By Genomics Aotearoa 09/09/2021


By Florian Pichlmueller (University of Auckland) and Christina Straub (ESR) . 2min read

GPL, MIT, BSD, CC – no they’re not a secret vocabulary, these are in fact acronyms for open source licenses that allow code to be freely used, modified and shared.

And there are many more – take a look at the open source initiative to see a whole new world. Believe it or not there’s even a code acronym called WTFPL which stands for “Do What The F*** You Want To Public License.”

Software licenses are a topic that receives little attention by researchers when it comes to making our own code public.

But with the ever-increasing amounts of computational analysis of ‘omics data and the aim of data reproducibility and code sharing in the scientific publishing world, an appropriate open-source license should be included with your published code to allow proper reuse and adaptation of your code, as well as getting credit for your work.

Although our comments are aimed at the scientific community, the same holds true for anyone uploading a piece of code – no matter if it is an exciting school project, cool little game or clever script to automatically download your favorite free podcasts or radio streams.

Let us start with a truism – every good bioinformatics project starts with an exciting idea, planning of experiments, data collection and subsequent analysis following best practice principles to allow reproducibility of results.

The time comes for publication and suddenly we are confronted with making our code public (ignoring the horror of having to tidy up and comment your code – a nod towards best practices in data science research).

But what are the implications of uploading our code into the ether?

What exactly does it mean to “license” a piece of code or work? The term typically means any transaction in which the creator and or owner of the intellectual property (IP) grants another party the right to use such IP, typically in exchange for some form of acknowledgement, such as source recognition in context with open source software in science (lets skip monetizing work this time).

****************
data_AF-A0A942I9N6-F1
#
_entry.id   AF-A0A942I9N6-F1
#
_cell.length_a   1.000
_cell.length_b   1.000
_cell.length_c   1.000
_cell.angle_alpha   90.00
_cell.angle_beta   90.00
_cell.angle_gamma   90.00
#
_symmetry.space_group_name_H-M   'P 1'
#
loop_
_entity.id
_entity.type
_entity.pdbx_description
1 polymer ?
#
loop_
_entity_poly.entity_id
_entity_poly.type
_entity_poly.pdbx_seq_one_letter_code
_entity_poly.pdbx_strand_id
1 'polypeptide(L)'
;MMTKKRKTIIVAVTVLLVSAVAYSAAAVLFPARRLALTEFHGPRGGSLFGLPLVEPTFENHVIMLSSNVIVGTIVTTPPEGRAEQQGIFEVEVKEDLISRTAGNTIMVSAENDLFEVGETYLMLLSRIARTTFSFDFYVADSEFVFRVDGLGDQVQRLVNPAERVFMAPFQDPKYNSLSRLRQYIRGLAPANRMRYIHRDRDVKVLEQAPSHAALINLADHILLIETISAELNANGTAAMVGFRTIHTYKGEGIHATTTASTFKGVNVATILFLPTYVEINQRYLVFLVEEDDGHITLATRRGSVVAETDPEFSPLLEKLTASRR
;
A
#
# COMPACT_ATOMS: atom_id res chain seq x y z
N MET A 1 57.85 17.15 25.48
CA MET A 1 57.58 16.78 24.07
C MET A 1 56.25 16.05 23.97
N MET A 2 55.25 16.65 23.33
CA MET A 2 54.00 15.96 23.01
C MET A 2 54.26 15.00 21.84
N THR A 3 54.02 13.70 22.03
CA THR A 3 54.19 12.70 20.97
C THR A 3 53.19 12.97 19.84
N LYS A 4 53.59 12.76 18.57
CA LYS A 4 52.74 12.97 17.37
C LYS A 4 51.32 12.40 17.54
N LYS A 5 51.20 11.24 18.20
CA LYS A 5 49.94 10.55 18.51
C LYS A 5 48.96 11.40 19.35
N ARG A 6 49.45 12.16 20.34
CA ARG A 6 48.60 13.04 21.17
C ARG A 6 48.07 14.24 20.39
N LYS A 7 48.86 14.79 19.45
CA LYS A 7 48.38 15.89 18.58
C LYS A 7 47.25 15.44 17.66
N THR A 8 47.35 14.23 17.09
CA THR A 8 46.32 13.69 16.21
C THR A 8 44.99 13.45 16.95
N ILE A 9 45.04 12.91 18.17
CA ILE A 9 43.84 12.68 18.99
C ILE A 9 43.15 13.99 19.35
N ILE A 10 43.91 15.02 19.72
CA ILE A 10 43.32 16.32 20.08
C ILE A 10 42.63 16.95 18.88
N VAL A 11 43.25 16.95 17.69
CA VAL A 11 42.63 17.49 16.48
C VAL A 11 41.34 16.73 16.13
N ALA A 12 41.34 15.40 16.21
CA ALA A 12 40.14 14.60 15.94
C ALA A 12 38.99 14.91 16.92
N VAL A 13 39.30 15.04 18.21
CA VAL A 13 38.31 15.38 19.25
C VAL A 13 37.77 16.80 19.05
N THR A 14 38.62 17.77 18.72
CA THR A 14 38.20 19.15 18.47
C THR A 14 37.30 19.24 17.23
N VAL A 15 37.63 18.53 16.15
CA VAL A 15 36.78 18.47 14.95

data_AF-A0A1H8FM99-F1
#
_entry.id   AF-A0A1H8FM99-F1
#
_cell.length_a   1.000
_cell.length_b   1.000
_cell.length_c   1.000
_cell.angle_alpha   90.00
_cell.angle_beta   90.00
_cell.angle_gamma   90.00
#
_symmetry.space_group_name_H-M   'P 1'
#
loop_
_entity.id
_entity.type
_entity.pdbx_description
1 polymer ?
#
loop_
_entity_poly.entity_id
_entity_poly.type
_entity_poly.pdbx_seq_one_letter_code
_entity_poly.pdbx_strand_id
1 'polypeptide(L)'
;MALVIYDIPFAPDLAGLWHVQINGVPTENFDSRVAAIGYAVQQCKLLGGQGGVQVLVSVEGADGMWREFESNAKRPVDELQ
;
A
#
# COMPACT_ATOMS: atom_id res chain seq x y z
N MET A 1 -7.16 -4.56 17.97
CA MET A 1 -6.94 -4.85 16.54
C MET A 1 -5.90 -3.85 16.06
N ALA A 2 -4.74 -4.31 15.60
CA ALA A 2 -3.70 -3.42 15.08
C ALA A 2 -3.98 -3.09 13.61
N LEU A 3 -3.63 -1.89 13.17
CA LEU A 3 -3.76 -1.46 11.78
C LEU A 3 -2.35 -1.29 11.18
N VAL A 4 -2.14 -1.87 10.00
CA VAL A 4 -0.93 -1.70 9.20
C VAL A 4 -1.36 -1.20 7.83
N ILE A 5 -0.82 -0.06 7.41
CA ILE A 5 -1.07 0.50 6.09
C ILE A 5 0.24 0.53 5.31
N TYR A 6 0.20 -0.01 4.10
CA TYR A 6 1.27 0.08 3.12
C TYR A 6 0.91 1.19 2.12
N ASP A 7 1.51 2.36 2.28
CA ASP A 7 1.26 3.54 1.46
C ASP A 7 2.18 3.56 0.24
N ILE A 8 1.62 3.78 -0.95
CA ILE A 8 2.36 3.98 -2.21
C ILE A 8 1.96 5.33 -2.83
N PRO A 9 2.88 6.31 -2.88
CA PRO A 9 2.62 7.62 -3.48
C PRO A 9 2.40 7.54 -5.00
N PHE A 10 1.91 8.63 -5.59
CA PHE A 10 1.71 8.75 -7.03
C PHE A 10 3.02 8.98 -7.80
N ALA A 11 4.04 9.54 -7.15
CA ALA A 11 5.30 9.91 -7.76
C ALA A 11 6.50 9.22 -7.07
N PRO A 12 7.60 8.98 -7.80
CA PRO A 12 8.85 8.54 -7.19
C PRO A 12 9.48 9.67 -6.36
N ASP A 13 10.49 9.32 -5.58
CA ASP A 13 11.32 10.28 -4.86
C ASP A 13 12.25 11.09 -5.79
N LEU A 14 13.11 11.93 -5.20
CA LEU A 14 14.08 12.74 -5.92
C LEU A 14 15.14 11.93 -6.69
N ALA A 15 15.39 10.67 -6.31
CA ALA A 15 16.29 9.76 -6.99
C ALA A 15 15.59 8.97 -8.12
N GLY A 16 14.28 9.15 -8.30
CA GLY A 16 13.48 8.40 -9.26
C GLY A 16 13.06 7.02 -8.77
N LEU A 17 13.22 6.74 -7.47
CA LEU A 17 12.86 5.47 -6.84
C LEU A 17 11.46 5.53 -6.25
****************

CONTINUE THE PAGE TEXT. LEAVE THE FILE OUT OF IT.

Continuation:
If you do decide to not attach a license to your code, it does not make your code free to use for anybody. By default, any work is under exclusive copyright by the creator. This means that nobody else can copy, distribute, or modify your work without in theory being at risk of liability for copyright infringement. Hence, this goes against the principles of reproducibility in science.

Furthermore, by publishing your code in a public repository (e.g., GitHub, Gitlab or Bitbucket) you accept their terms of service by allowing others to view and copy (i.e., fork) your repository, so this needs to be considered as well before deciding to skip the licensing step. This is why we should invest a little extra time and get familiar on how to govern the use or redistribution of code by choosing a license.

Some more about open-source licences

Let’s look at the two most common and popular open-source licenses used for bioinformatics projects in life sciences. As mentioned, there are plenty to choose from, for example this GitHub documents  page list the 34 most common licenses.

GNU General Public License v3.0 (GNU GPLv3)

“Permissions of this strong copyleft license are conditioned on making available complete source code of licensed works and modifications, which include larger works using a licensed work, under the same license. Copyright and license notices must be preserved. Contributors provide an express grant of patent rights.”

A copyleft license (i.e., share-alike) means that if you distribute any work that is based on this original code, you have to include the original code under this license and the copyright and license must stay the same as used in the original work. This prevents others from using your open-source code and monetize it.

MIT License

“This is a short and simple permissive license with conditions only requiring preservation of copyright and license notices. Licensed works, modifications, and larger works may be distributed under different terms and without source code.

Probably one of the shortest licences and it is essentially saying “do whatever you want with this, but do not hold me legally accountable for my code”. That means private and commercial use, as well as distribution and modification is allowed, but all without any liability or warranty. The only condition is to have a licence and copyright notice attached. The main argument for MIT over GNU-GPL is that it is a permissive license which might encourage more people to use it. There is no legal restriction and it is free to use.

So, next time you start a new project on your favorite code sharing platform attach a README with a short description and pick the most suitable license for you project.

Happy coding!

*Disclaimer, this commentary was written by biologists working in the field of computational genomics, so this is by no means a comprehensive overview about intellectual property (IP) and software licenses. The focus here was on free and open source licenses, ignoring proprietary licensing.

Here are some further resources if you are interested: